Schotzie, barking furiously, jumped off the sofa before Tina heard the knock on her door. A chill ran down her spine. Tight security and limited access were the main reasons she had chosen Fulton Towers after her divorce. Theoretically no one could find her apartment unless they called from the gate and she buzzed them in.
10:00 p.m. Who could it be?
The knocking continued. “Tina, it’s me. I have to talk to you.”
She wrapped her robe around herself and tied the belt while she walked barefoot to the door and peered through the tiny fisheye ‘spy’ window.
“It’s Alex, Schotzie. He’s harmless. Now hush.”
“Have you heard from Jake?” Alex asked before closing the door behind him.
“No. I didn’t expect to. Wasn’t he going up to the cabin to pick up his truck?”
“I think so, but he said he’d call. I’m absolutely certain he planned to call, but I haven’t heard a word. I’m worried, Tina. Can you call your grandparents?”
“I suppose I could, but they go to bed early. This is late for them. Are you sure he said he’d call you today?” Alex’s demeanor alarmed her.
“Yes! Something’s wrong. I feel it. Please call Poppy. Please!”
“All right. Grab a Coke out of the fridge, or maybe you want something to eat. I went to the store today so
there’s actually food…”
“I’ll take care of myself, Tina. Please make that call!”
Poppy picked up on the first ring. “Hello, hello, who is it?”
“Pops, it’s me, Christina. You sound funny. What’s going on?”
He had covered the mouthpiece, but Tina could hear him talking to Kate.
“Kate will talk to you now, honey,” he said, his voice thin. “Remember to trust God no matter what happens.”
“You’re right, Alex,” Tina said while she waited for her grandmother to pick up the phone. “Something is terribly wrong.”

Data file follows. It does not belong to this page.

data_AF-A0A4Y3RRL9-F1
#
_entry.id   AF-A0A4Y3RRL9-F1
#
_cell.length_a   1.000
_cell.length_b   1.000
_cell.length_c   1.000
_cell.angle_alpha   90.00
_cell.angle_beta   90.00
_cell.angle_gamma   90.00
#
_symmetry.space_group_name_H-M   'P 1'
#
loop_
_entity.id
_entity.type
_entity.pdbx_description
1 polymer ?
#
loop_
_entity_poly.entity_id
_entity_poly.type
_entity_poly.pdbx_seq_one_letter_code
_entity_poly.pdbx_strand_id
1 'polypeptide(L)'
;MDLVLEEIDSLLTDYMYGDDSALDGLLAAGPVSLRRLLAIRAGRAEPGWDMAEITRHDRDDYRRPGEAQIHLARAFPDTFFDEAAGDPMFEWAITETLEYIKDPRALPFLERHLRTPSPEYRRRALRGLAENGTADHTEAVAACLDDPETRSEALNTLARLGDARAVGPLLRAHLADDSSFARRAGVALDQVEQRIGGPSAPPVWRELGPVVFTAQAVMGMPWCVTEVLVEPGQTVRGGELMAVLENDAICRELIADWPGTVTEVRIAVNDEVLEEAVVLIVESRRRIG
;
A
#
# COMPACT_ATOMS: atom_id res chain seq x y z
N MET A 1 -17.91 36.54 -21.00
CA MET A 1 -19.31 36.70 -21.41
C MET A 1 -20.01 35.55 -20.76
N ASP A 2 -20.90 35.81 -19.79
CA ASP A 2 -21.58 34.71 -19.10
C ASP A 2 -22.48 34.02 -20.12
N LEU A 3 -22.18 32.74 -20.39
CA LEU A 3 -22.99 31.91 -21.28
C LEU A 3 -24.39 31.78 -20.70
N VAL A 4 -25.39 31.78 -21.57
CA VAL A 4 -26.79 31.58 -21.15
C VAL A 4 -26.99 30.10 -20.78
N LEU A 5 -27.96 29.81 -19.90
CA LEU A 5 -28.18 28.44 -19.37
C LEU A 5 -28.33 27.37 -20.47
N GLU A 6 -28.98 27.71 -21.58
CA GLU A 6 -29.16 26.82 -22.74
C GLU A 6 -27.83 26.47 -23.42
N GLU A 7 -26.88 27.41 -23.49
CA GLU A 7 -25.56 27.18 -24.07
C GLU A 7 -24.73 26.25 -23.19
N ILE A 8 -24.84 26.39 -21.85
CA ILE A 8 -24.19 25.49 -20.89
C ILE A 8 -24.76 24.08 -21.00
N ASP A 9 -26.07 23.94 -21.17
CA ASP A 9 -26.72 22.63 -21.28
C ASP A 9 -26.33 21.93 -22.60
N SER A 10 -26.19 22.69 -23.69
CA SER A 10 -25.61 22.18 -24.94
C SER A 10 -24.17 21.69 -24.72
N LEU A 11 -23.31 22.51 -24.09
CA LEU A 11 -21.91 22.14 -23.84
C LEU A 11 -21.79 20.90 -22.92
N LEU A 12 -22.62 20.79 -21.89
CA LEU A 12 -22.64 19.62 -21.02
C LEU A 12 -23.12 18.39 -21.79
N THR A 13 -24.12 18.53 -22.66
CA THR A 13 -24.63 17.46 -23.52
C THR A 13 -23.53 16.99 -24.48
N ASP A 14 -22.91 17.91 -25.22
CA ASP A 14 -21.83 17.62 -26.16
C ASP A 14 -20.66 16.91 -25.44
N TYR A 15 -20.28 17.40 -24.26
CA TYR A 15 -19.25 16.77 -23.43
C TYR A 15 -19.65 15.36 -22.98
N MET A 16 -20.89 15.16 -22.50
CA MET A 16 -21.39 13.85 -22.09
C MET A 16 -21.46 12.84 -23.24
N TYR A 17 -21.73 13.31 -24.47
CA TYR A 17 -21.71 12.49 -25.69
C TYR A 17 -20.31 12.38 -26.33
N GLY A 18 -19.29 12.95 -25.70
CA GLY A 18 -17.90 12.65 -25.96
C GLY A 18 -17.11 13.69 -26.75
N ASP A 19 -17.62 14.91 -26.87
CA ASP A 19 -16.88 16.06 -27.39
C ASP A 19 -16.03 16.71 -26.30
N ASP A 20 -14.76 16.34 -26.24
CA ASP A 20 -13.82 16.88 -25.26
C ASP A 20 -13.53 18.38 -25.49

After she hung up, the two of them sat staring at each other across the table. Tina spoke first.
“They’re worried sick. Kate says Denny drove down to Fort Smith yesterday for the express purpose of bringing Jake back up the mountain. They expected to see them by mid-afternoon today. They all left the hotel at the same time this morning, but Denny and Jake took a different route home, for some reason. Denny’s driving a big old Humvee—I don’t think you could roll it if you tried—I can’t imagine what could have happened.”
“Isn’t there anything we could do? Anybody we can call?”
Tina looked across the table at Jake’s brother. Same brown eyes. Same worried look. She bowed her head and studied her nails, freshly manicured earlier during this long soul-searching day. “We could pray,” she offered.
“I wish you would,” he said quietly. He reached into his shirt pocket and pulled out one of his salon appointment cards.
“Here’s my home phone number,” he said as he wrote the number on the back of the card. He stood up stiffly and started for the door.
“Call me the minute you hear anything—from Jake, I mean—no matter what time it is.”
“And you’ll do the same?”
He nodded and left.